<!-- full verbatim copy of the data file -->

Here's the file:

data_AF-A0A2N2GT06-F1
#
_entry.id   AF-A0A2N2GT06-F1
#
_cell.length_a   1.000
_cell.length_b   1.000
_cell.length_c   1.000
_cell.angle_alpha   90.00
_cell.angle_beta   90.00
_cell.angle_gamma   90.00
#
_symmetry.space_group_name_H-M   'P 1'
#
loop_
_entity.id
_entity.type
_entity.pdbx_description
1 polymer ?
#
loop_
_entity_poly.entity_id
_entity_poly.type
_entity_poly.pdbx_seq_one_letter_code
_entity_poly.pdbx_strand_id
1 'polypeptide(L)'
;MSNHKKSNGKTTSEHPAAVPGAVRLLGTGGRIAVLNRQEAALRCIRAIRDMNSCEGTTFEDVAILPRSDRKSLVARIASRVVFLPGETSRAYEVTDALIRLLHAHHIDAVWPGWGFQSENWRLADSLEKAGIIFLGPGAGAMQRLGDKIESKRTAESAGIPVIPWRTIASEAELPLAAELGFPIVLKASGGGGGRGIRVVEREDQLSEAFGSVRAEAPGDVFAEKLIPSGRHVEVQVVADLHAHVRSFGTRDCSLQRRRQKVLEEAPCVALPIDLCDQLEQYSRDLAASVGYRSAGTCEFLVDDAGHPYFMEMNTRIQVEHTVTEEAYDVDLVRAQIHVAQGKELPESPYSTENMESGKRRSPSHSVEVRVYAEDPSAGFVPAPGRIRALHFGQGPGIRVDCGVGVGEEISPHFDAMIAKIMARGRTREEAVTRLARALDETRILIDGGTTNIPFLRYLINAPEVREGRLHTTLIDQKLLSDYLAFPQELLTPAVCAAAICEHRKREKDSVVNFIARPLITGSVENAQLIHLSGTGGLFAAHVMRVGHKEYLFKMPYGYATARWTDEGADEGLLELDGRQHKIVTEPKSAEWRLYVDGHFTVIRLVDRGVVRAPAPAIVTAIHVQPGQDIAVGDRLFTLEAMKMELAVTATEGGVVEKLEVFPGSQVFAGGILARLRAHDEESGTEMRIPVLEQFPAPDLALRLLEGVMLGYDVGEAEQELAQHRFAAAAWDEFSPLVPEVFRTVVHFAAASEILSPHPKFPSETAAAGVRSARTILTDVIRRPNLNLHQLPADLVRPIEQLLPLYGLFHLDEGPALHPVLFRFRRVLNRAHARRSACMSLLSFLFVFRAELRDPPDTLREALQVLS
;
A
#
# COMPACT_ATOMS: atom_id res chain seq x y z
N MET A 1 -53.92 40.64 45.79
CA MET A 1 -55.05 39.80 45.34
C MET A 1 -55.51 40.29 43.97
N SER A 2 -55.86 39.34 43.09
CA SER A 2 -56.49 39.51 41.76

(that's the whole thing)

data_AF-A0A2N2GT06-F1
#
_entry.id   AF-A0A2N2GT06-F1
#
_cell.length_a   1.000
_cell.length_b   1.000
_cell.length_c   1.000
_cell.angle_alpha   90.00
_cell.angle_beta   90.00
_cell.angle_gamma   90.00
#
_symmetry.space_group_name_H-M   'P 1'
#
loop_
_entity.id
_entity.type
_entity.pdbx_description
1 polymer ?
#
loop_
_entity_poly.entity_id
_entity_poly.type
_entity_poly.pdbx_seq_one_letter_code
_entity_poly.pdbx_strand_id
1 'polypeptide(L)'
;MSNHKKSNGKTTSEHPAAVPGAVRLLGTGGRIAVLNRQEAALRCIRAIRDMNSCEGTTFEDVAILPRSDRKSLVARIASRVVFLPGETSRAYEVTDALIRLLHAHHIDAVWPGWGFQSENWRLADSLEKAGIIFLGPGAGAMQRLGDKIESKRTAESAGIPVIPWRTIASEAELPLAAELGFPIVLKASGGGGGRGIRVVEREDQLSEAFGSVRAEAPGDVFAEKLIPSGRHVEVQVVADLHAHVRSFGTRDCSLQRRRQKVLEEAPCVALPIDLCDQLEQYSRDLAASVGYRSAGTCEFLVDDAGHPYFMEMNTRIQVEHTVTEEAYDVDLVRAQIHVAQGKELPESPYSTENMESGKRRSPSHSVEVRVYAEDPSAGFVPAPGRIRALHFGQGPGIRVDCGVGVGEEISPHFDAMIAKIMARGRTREEAVTRLARALDETRILIDGGTTNIPFLRYLINAPEVREGRLHTTLIDQKLLSDYLAFPQELLTPAVCAAAICEHRKREKDSVVNFIARPLITGSVENAQLIHLSGTGGLFAAHVMRVGHKEYLFKMPYGYATARWTDEGADEGLLELDGRQHKIVTEPKSAEWRLYVDGHFTVIRLVDRGVVRAPAPAIVTAIHVQPGQDIAVGDRLFTLEAMKMELAVTATEGGVVEKLEVFPGSQVFAGGILARLRAHDEESGTEMRIPVLEQFPAPDLALRLLEGVMLGYDVGEAEQELAQHRFAAAAWDEFSPLVPEVFRTVVHFAAASEILSPHPKFPSETAAAGVRSARTILTDVIRRPNLNLHQLPADLVRPIEQLLPLYGLFHLDEGPALHPVLFRFRRVLNRAHARRSACMSLLSFLFVFRAELRDPPDTLREALQVLS
;
A
#
# COMPACT_ATOMS: atom_id res chain seq x y z
N MET A 1 -53.92 40.64 45.79
CA MET A 1 -55.05 39.80 45.34
C MET A 1 -55.51 40.29 43.97
N SER A 2 -55.86 39.34 43.09
CA SER A 2 -56.49 39.51 41.76